Our oil press is relatively simple, but it must be welded together. Check the construction directions for details. The press consists of a welded tubular frame which accepts a three-ton hydraulic jack. You may already have one. If not, it can be purchased at most auto and hardware stores for about $16. A metal canister with holes drilled in its sides and one end welded shut holds the mashed sunflower seeds. A piston is inserted in the canister and then inverted and slipped over a pedestal on the frame. The jack is set in place, and the pressure gradually increased over half an hour. The oil drips from the sides of the canister into a tray -- the bottom of a plastic jug slipped over the pedestal works fine -- which empties the oil into a cup. You can filter the oil with a coffee filter to remove pieces of seed and other fine particles that would burn if the oil were used for cooking. If it's for salads or mayonnaise, there's no need to filter it.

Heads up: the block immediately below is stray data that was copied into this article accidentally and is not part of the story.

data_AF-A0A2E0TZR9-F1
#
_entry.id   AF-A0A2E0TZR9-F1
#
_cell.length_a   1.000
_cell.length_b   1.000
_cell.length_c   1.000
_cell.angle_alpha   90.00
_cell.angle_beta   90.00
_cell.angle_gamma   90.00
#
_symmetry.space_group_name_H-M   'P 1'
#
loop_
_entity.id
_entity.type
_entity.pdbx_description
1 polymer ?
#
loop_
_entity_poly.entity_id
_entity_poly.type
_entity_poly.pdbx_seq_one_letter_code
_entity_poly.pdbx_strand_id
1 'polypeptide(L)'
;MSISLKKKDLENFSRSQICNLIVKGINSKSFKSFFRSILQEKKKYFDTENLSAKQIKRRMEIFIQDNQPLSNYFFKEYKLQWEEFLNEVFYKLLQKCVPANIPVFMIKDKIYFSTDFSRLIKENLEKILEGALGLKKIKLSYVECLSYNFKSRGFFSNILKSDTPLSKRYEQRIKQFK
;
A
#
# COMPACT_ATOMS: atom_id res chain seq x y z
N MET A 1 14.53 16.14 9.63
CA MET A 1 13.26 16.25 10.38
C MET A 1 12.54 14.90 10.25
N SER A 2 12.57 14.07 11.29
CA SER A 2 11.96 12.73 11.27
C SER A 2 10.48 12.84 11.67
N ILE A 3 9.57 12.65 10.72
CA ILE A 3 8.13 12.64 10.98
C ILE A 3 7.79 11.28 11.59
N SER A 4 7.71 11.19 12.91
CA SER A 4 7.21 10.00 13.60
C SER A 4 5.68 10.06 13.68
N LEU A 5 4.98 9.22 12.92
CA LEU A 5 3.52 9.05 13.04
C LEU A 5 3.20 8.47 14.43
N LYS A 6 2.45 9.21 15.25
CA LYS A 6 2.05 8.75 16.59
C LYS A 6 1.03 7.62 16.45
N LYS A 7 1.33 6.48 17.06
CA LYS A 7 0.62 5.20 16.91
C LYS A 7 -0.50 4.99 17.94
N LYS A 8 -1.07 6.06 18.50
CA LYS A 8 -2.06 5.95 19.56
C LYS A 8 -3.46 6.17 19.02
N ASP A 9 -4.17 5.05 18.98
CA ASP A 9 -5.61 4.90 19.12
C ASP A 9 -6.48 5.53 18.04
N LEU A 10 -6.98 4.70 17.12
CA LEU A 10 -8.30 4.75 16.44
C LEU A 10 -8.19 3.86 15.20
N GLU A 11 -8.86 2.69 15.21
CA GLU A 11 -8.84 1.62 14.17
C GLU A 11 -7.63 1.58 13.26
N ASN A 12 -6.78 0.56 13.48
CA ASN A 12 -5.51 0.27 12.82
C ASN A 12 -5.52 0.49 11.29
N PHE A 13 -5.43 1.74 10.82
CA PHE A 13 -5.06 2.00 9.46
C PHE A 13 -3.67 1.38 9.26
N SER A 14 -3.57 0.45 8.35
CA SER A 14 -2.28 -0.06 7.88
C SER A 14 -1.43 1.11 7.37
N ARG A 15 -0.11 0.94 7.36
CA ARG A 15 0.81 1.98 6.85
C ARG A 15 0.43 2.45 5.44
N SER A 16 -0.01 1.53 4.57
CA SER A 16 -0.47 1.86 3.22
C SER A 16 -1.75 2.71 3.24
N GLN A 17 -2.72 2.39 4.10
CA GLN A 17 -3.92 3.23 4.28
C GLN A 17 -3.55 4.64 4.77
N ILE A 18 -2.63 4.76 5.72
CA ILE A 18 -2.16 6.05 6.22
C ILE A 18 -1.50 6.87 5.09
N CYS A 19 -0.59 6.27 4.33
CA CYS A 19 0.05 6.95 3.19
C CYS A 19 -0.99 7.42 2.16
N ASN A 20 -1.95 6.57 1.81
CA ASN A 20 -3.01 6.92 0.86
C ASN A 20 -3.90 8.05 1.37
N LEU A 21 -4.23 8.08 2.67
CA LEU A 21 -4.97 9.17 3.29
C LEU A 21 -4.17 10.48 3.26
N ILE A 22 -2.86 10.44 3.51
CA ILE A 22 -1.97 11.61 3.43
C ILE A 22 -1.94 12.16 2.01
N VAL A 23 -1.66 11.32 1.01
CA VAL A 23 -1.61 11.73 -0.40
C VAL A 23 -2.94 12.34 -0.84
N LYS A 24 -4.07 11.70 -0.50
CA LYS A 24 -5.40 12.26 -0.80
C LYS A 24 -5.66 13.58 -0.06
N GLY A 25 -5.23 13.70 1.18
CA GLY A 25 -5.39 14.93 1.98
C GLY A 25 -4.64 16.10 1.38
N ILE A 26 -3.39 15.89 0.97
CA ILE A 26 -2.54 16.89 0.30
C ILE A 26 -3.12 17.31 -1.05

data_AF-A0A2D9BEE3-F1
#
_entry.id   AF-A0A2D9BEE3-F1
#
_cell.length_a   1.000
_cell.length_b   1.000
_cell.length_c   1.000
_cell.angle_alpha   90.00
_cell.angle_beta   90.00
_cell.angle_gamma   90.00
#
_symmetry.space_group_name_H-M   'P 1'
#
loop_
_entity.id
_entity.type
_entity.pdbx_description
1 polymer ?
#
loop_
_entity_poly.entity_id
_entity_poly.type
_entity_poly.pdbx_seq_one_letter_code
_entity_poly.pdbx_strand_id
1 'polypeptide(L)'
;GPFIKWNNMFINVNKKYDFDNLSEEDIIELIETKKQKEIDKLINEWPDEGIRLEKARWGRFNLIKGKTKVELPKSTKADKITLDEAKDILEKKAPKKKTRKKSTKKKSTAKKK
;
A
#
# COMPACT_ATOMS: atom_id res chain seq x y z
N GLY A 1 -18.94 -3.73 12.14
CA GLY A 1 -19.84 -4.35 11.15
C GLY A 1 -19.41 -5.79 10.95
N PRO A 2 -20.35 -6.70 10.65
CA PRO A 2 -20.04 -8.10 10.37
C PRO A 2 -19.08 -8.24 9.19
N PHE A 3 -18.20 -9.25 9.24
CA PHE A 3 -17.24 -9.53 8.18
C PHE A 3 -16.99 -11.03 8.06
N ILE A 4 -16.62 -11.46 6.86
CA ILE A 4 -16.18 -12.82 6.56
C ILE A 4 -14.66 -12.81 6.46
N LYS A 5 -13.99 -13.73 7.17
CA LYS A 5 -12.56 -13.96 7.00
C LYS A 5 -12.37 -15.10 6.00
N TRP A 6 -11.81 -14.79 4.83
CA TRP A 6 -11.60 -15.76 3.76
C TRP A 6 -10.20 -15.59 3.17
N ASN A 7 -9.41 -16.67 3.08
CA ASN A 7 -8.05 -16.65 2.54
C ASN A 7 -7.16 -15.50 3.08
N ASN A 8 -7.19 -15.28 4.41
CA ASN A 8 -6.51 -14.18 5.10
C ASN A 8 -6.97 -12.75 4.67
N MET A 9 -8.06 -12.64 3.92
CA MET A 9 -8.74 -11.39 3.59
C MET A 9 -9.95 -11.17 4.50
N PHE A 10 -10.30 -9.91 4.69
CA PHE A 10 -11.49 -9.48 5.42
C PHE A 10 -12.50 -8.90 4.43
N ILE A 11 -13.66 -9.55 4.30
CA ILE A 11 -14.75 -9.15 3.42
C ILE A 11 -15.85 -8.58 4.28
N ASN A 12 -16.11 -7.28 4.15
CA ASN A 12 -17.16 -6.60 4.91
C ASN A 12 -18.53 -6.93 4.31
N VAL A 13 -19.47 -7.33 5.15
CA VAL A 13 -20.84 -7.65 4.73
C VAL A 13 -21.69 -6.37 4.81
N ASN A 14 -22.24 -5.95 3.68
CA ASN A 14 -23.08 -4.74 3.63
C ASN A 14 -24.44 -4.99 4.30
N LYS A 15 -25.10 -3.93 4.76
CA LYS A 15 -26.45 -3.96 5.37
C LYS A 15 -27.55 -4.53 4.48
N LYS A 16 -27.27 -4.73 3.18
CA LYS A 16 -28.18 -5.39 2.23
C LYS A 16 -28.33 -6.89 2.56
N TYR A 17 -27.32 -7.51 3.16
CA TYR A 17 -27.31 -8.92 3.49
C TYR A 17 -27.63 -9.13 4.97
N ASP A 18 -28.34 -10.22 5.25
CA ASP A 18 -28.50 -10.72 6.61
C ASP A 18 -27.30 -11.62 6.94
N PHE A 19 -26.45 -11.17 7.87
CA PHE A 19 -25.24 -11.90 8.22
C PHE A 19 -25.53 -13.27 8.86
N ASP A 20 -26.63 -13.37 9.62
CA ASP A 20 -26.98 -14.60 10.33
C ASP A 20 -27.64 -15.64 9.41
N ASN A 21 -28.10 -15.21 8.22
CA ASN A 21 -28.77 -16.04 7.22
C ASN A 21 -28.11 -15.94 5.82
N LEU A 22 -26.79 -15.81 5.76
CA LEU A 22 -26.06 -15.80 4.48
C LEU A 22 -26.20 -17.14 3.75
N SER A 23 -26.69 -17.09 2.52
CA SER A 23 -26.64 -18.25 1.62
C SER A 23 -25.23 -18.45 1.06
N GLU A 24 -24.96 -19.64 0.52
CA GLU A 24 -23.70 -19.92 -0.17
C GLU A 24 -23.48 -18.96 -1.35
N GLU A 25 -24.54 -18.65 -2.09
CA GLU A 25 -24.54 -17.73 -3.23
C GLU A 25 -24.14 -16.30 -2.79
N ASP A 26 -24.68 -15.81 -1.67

We first tried using "confectionary" sunflower seeds for oil. These are the regular eating kernels we're used to seeing. They give less than half as much oil as the oilseed types of sunflower. Although you can use confectionary types such as MAMMOTH RUS- SIAN for oil, don't expect to get more than an ounce and a half from a pound of seed. Oilseed produces three or more ounces of oil from a pound of seed and is well worth planting along with confectionary-type seeds. Oilseed has another big advantage -- to prepare it, you can put the whole, unhulled seed into a blender and whiz it until it forms a fine meal, while confectionary seeds must be dehulled first. The entire sequence of grading, dehulling and winnowing is avoided with oilseed.
I just need to get on the ball and find a welder who will make me one!